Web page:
A fun way to introduce engineering to preschoolers is with simple machines. If your last physics class was over a decade ago like me, for reference, simple machines include a lever, wheel and axle, pulley, inclined plain, wedge and a screw. Gears can be considered a simple machine as a wheel with teeth, or a form of a lever. This week, to help my preschooler better understand how this simple machine worked, I turned the toy gears from one of her Christmas gifts into a simple gears game for preschoolers.
Gears Game for Preschoolers
For Christmas, Big M (age 4) got this awesome Learning Resources Gears Sweet Shop. She’s been playing with it regularly, but would either request that I assemble it as depicted in the directions, or just randomly stick the cupcakes and lollipops in the pegboard holes. I wanted to help her better understand how the gears actually worked, so I created a simple gears game, or puzzle, using the pieces from the set.
Spatial Reasoning and Problem Solving
Puzzles of all sorts are a great learning tool for young children. In addition to challenging motor skills, puzzles also engage multiple mental facets as well. Children must use spatial intelligence to visualize the bigger picture with missing pieces. Puzzles also offer a great opportunity for problem solving, with level of complexity adjustable depending upon the skillset of the child.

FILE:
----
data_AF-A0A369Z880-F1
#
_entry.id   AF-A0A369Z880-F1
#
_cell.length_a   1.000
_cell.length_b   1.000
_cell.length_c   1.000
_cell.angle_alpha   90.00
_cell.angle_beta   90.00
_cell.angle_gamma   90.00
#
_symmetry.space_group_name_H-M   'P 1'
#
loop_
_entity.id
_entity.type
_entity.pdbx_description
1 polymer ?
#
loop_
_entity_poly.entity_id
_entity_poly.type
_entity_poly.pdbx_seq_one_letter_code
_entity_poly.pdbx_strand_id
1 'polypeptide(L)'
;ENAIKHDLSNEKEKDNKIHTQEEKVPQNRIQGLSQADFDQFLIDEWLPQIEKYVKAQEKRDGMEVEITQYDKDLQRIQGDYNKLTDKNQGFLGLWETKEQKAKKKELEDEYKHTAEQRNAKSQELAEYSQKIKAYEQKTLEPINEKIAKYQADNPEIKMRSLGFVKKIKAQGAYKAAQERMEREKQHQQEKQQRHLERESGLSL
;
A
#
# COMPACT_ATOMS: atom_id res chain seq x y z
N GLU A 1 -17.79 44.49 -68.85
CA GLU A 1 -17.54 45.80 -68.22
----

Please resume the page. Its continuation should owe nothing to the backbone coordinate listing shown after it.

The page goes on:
Playing Gears Game Puzzles
To play the gears game puzzles, all you need is a set of toy gears. We used the Learning Resources Gears Sweet Shop set, but you could use any number of sets.
To make our gear game puzzles, all you need are the pegboard bases and gears.
Start off simply. Place two gears at opposite ends of your pegboard base, and instruct the child to connect the gears – make the far gear turn by turning the one closest to them. You may need to demonstrate once or twice to help them understand the concept.
Once they get it, you can increase the complexity by 1) limited the number of gears they can use to connect the two, or 2) creating more challenging end-points. For example, take your endpoint up vertically.
For Elementary Engineers
For older children, you can make these gear games even more challenging by incorporating the additional, more complex pieces included in the sets. Have them turn the tabletops. Or, separate the pegboards and ask them to turn a gear on separate boards, requiring them to ‘bridge’ the gap.
If you enjoyed this post, you might also like Architecture and Engineering Toys for Kids and Architectural Scavenger Hunt. Be sure to check out all the fun Preschool Engineering Activities at Handmade Kids Art too!
Join me every Wednesday for the next activity in our Architecture and Engineering for Preschool series! You can find all the posts to date on my STEM for Preschool home page, as well as on my STEM for Kids – Engineering board on Pinterest.
LOVE it? Pin THIS!